Whistler in the
‘60s and ‘70s was geared more to the “young and the restless” than to families
in station wagons. Some long-time Whistler residents and visitors share their
memories of this wilder part of Whistler’s history — in honour of the Whistler
Pioneers Reunion that took place on April 12.
Paul Burrows, the
founder of the Whistler Question newspaper, moved to Whistler in 1966 and
remembers the “hot-dogger” years fondly. “Just getting to Whistler was a
challenge,” Burrows said of that early ski era, adding that the drive from
Vancouver took “five or six hours.”
“You left after
work on Friday and were lucky to get to Whistler by 10 p.m.” People would go to
the Cheakamus Bar (located in the Beardmore family-owned Cheakamus Inn in
Creekside) for a drink after they got to Whistler because the drive could be
harrowing (the road to Whistler wasn’t paved until 1967).
had a Land Rover, or a VW with a ski rack on the back with two pairs of skis
and a shovel. The shovel was for the Cheakamus Canyon — sometimes you had to
shovel your way through there if there was an avalanche. If you didn’t have a
shovel, you waited for the next person to drive along and help you.”
watching the traffic roll into Whistler from the Cheakamus Bar on a Friday
night (“which had a good view of the road”) and knowing “about half of the cars
coming into town. We’d say ‘Oh look, so-and-so made it,’ or ‘what happened to
so-and-so? He should be here by now.’ Looking back, we were living history but
we didn’t know it at the time.”
When did Whistler
become politically correct or as Burrows calls it, “mainstream”?
“I think it was
when the village and Blackcomb opened. With Blackcomb opening, there was
competition between the two resorts over who could deliver the best guest
experience. That eventually led to an improvement in the product.”
opened, in the wild atmosphere of the ‘70s, Whistler was host to many “hot dog”
skiers. “Hot doggers” skied down the lift tower lines and were definitely
“guided by ego,” Burrows remembers.
“We used to get
cheers and calls from people up in the gondolas above us. It was a captive
audience. We would ski off cliffs and bumps and do things that we thought were
daring — but nothing like what the kids do today.”
A typical hot
dogger would be wearing jeans as his preferred ski attire – a huge contrast
from the label-conscious ski crowd of later years.
For young skiers,
adult skiing activity was often eye opening, a reflection of a more permissive
mountain culture. “(My brother) and I remember seeing wild-haired skiers on
Whistler ripping through powder in nothing but tattered jeans and large woolly
sweaters, hair blowing in the wind,” said long-time Whistler skier Margot
MacEwen. “No hat, no goggles, no gloves, no helmets back then! We once skied on
New Year's Eve day and saw young hardcores cracking open bottles of red wine on
the chairlift in front of us! I remember the "liquor store" in
Whistler was some guy selling booze out of a trailer. Needless to say he was a
fairly popular guy.”
correct. Skiing Whistler in the ‘70s was not for the faint of heart, especially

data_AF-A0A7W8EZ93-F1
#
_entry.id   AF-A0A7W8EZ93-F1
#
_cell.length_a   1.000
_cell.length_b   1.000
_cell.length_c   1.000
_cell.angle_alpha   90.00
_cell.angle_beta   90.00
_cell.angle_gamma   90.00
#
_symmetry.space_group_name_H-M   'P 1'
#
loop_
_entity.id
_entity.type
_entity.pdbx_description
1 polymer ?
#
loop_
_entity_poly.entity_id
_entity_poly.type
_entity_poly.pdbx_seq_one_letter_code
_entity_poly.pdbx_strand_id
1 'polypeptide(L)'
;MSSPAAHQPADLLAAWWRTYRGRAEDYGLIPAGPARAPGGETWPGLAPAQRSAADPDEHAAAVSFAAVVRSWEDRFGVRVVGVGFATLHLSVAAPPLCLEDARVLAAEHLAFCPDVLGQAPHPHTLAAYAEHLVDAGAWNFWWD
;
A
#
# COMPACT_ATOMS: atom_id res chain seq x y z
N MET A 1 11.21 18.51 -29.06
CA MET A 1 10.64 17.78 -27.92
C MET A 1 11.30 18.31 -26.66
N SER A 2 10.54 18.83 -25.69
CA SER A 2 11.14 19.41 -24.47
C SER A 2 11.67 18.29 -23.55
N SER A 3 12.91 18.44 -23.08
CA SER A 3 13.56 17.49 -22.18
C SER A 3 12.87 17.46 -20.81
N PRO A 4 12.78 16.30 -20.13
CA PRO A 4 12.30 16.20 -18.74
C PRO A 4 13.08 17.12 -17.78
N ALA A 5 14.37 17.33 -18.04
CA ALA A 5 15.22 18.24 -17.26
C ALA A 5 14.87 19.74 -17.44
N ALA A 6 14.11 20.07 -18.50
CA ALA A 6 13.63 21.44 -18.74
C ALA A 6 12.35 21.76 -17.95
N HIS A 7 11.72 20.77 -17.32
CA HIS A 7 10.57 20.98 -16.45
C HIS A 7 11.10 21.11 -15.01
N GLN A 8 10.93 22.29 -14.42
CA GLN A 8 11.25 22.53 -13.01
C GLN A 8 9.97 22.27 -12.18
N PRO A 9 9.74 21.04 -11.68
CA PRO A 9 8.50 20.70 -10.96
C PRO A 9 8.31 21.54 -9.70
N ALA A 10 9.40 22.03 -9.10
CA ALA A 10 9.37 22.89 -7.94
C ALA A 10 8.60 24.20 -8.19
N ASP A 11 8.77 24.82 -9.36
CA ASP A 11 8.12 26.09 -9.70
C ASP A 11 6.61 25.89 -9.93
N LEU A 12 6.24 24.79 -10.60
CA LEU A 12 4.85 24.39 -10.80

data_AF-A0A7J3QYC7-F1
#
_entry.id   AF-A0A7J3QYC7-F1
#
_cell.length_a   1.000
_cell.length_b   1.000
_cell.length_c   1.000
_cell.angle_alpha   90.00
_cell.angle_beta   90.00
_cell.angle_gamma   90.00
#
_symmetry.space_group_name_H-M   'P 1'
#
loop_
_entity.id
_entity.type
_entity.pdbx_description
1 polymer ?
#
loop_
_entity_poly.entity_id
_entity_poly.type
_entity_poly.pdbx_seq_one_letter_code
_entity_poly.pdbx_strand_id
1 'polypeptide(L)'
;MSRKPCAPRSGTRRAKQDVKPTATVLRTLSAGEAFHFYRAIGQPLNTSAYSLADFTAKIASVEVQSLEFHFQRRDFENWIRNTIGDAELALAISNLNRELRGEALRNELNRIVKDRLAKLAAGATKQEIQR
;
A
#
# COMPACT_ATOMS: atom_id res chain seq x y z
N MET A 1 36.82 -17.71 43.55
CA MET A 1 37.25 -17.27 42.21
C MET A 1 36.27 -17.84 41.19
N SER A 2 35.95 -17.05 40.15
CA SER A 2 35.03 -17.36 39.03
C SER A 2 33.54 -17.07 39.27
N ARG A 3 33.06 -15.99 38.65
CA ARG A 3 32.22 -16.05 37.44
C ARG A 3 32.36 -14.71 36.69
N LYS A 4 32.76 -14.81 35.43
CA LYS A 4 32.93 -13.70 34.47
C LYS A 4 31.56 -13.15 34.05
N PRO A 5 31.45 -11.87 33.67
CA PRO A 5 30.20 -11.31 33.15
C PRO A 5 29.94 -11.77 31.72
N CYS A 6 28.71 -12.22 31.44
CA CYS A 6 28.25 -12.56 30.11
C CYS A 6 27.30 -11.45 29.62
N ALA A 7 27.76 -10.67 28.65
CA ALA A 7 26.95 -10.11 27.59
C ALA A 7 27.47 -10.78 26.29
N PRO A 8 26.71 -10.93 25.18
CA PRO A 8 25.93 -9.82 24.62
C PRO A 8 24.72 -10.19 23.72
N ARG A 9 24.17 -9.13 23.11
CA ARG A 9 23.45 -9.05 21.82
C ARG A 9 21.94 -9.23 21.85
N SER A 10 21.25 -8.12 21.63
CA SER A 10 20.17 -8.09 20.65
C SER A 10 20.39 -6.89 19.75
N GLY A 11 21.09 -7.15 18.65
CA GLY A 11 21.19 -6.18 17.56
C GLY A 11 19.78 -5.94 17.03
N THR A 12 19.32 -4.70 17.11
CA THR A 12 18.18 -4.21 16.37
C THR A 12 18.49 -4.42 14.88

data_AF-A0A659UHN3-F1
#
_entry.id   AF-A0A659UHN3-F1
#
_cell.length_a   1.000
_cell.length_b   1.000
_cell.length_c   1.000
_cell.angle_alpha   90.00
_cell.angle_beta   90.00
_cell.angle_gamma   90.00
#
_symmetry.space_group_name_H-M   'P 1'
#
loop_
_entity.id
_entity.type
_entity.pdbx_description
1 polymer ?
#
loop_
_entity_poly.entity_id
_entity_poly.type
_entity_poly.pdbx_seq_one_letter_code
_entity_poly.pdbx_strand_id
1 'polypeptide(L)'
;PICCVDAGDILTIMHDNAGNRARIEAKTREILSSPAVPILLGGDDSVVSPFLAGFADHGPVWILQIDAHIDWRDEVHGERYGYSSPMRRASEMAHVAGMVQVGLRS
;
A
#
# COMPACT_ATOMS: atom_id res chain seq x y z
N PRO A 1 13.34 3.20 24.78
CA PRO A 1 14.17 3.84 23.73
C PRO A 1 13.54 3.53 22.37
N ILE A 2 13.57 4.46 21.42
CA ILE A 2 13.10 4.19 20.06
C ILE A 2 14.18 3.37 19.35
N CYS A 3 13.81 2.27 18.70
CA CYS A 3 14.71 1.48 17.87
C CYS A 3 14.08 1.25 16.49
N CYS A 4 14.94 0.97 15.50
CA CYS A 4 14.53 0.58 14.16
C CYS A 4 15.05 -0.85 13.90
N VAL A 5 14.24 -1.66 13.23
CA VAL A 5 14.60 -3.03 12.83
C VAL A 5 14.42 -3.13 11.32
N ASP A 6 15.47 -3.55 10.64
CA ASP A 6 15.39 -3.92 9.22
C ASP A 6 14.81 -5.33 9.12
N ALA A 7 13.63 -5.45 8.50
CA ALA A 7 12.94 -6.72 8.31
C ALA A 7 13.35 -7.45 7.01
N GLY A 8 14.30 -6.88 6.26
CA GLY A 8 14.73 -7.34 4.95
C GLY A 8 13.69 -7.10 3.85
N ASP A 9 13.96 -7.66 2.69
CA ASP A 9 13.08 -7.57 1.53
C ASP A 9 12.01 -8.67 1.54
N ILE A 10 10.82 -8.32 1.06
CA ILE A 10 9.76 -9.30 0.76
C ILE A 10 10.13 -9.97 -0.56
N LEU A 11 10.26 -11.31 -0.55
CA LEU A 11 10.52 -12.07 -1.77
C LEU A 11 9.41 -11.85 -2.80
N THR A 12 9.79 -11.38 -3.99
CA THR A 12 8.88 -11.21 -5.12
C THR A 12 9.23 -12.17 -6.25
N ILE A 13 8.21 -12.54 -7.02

for little people.
“I remember the
women’s “washrooms” at the top of Whistler, just below the Roundhouse,” said
one Pemberton resident who has been skiing in Whistler since her childhood in
the ‘70s. “I dreaded going in there – which was not made any easier with the
standard snow pant overalls that all the kids wore back then. This was well
before Blackcomb opened and there was no competition for your skiing dollars in
Whistler. The washroom was basically one long outhouse, and there were signs on
the back of each stall door that read: ‘Do NOT put ANYTHING other than toilet
paper down this toilet. Would YOU like to sit in the SNOW?’ For any person, let
alone a seven or eight year old, the tone was a little harsh!”
“Mostly I remember
the smell,” said long-time Whistlerite Sara Leach of the mountaintop washroom.
“Like sewage that had been percolating under the snow for a few months.”
Whistler memories of this era are a different breed from the “Whistler and
Blackcomb Kids” programs of the ‘80s to the professional babysitting services
of today. Rainbow Mountain was where many children learned to ski in the
seventies before they “graduated” to the top of Whistler. There was a bunny
hill and a more challenging hill for the “big kids” and a little cafeteria that
was full of kids trying to get warm and often kids crying from their first day
of skiing and falling on the hill.
“Skiing on Rainbow
Mountain was a thrill when I was seven or eight years old, and now, driving by
the hill, which in my mind was so overwhelmingly high, it looks like
a bunny hill,” said North Vancouverite Jennifer VanderMye, who was a frequent
Whistler visitor with her family in the ‘70s.
“I remember my dad
getting so annoyed at how our mitts were torn to shreds from the rope tow at
Rainbow,” said Leach. “He finally told (my sister) and I that we couldn't get
new mitts until we graduated to the big mountain.”
lodge/lunchroom (at Rainbow) smelled of damp wool,” said MacEwen. ”I remember
drinking tiny hot chocolates in Styrofoam cups; the rope tow breaking and all
kids sliding backwards and panicking (me included), crashing into one another,
screaming, skis crossing. My dad waving to me at the bottom as I boarded the
rope tow on my own for the first time.”
But the day came
for skiing the big mountain sooner or later, much to the pride of Kodak-toting
parents. Unfortunately, along with the excitement of skiing Whistler for the
first time, came the tedium of waiting in gargantuan line-ups at the Creekside
parking lot. And the liftees did not always kid-glove children as they do
“I remember being
thrown into the chairlift by the liftees, who often had cigarettes dangling
from their mouths,” said one Pemberton resident of her childhood ski days. The
good memories? “Making up songs with my sister and friends as we waited in the
gondola line on those hole-y metal stairs. Being proud of meeting the grown ups
and other big kids at the light station. Throughout all the changes that